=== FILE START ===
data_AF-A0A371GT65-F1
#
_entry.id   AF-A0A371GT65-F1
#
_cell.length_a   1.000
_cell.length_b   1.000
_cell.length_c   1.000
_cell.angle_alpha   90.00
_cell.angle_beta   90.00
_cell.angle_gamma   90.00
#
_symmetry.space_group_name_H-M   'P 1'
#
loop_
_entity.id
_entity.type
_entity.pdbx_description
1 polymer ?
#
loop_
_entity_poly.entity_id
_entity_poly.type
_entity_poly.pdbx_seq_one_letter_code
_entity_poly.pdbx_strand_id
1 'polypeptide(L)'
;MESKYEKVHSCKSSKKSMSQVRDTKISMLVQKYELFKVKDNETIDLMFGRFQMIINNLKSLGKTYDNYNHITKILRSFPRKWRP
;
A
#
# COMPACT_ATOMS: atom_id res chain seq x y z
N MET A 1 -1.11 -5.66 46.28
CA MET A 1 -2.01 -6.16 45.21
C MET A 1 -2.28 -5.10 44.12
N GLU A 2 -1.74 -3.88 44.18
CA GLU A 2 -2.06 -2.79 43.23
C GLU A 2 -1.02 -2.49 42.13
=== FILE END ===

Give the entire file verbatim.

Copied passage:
data_AF-A0A371GT65-F1
#
_entry.id   AF-A0A371GT65-F1
#
_cell.length_a   1.000
_cell.length_b   1.000
_cell.length_c   1.000
_cell.angle_alpha   90.00
_cell.angle_beta   90.00
_cell.angle_gamma   90.00
#
_symmetry.space_group_name_H-M   'P 1'
#
loop_
_entity.id
_entity.type
_entity.pdbx_description
1 polymer ?
#
loop_
_entity_poly.entity_id
_entity_poly.type
_entity_poly.pdbx_seq_one_letter_code
_entity_poly.pdbx_strand_id
1 'polypeptide(L)'
;MESKYEKVHSCKSSKKSMSQVRDTKISMLVQKYELFKVKDNETIDLMFGRFQMIINNLKSLGKTYDNYNHITKILRSFPRKWRP
;
A
#
# COMPACT_ATOMS: atom_id res chain seq x y z
N MET A 1 -1.11 -5.66 46.28
CA MET A 1 -2.01 -6.16 45.21
C MET A 1 -2.28 -5.10 44.12
N GLU A 2 -1.74 -3.88 44.18
CA GLU A 2 -2.06 -2.79 43.23
C GLU A 2 -1.02 -2.49 42.13